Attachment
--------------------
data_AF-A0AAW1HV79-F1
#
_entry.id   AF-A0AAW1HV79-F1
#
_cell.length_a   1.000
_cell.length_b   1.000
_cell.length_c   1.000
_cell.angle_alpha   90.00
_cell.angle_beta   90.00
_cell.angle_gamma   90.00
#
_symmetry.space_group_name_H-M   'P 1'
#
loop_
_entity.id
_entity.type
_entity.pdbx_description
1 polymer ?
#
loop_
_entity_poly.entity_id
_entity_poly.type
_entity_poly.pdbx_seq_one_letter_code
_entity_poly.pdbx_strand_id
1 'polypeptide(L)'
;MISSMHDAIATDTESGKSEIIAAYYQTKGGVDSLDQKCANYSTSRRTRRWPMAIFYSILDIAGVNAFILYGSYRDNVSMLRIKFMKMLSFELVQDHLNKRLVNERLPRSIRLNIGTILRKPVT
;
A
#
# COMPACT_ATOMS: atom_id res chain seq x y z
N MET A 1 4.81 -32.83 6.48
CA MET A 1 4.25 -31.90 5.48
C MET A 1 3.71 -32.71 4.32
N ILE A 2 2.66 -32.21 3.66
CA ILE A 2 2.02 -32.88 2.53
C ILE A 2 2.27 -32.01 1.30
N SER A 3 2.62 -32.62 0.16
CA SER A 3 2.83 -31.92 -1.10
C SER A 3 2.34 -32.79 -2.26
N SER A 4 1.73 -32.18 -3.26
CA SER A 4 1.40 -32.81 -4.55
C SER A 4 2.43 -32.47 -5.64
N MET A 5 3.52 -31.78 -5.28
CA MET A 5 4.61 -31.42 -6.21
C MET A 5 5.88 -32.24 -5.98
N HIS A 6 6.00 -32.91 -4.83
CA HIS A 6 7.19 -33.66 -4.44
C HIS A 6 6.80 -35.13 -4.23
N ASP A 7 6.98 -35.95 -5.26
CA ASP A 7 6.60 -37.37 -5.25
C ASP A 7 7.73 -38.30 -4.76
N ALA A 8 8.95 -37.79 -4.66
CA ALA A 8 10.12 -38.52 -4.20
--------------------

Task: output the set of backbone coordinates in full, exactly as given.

data_AF-A0AAW1HV79-F1
#
_entry.id   AF-A0AAW1HV79-F1
#
_cell.length_a   1.000
_cell.length_b   1.000
_cell.length_c   1.000
_cell.angle_alpha   90.00
_cell.angle_beta   90.00
_cell.angle_gamma   90.00
#
_symmetry.space_group_name_H-M   'P 1'
#
loop_
_entity.id
_entity.type
_entity.pdbx_description
1 polymer ?
#
loop_
_entity_poly.entity_id
_entity_poly.type
_entity_poly.pdbx_seq_one_letter_code
_entity_poly.pdbx_strand_id
1 'polypeptide(L)'
;MISSMHDAIATDTESGKSEIIAAYYQTKGGVDSLDQKCANYSTSRRTRRWPMAIFYSILDIAGVNAFILYGSYRDNVSMLRIKFMKMLSFELVQDHLNKRLVNERLPRSIRLNIGTILRKPVT
;
A
#
# COMPACT_ATOMS: atom_id res chain seq x y z
N MET A 1 4.81 -32.83 6.48
CA MET A 1 4.25 -31.90 5.48
C MET A 1 3.71 -32.71 4.32
N ILE A 2 2.66 -32.21 3.66
CA ILE A 2 2.02 -32.88 2.53
C ILE A 2 2.27 -32.01 1.30
N SER A 3 2.62 -32.62 0.16
CA SER A 3 2.83 -31.92 -1.10
C SER A 3 2.34 -32.79 -2.26
N SER A 4 1.73 -32.18 -3.26
CA SER A 4 1.40 -32.81 -4.55
C SER A 4 2.43 -32.47 -5.64
N MET A 5 3.52 -31.78 -5.28
CA MET A 5 4.61 -31.42 -6.21
C MET A 5 5.88 -32.24 -5.98
N HIS A 6 6.00 -32.91 -4.83
CA HIS A 6 7.19 -33.66 -4.44
C HIS A 6 6.80 -35.13 -4.23
N ASP A 7 6.98 -35.95 -5.26
CA ASP A 7 6.60 -37.37 -5.25
C ASP A 7 7.73 -38.30 -4.76
N ALA A 8 8.95 -37.79 -4.66
CA ALA A 8 10.12 -38.52 -4.20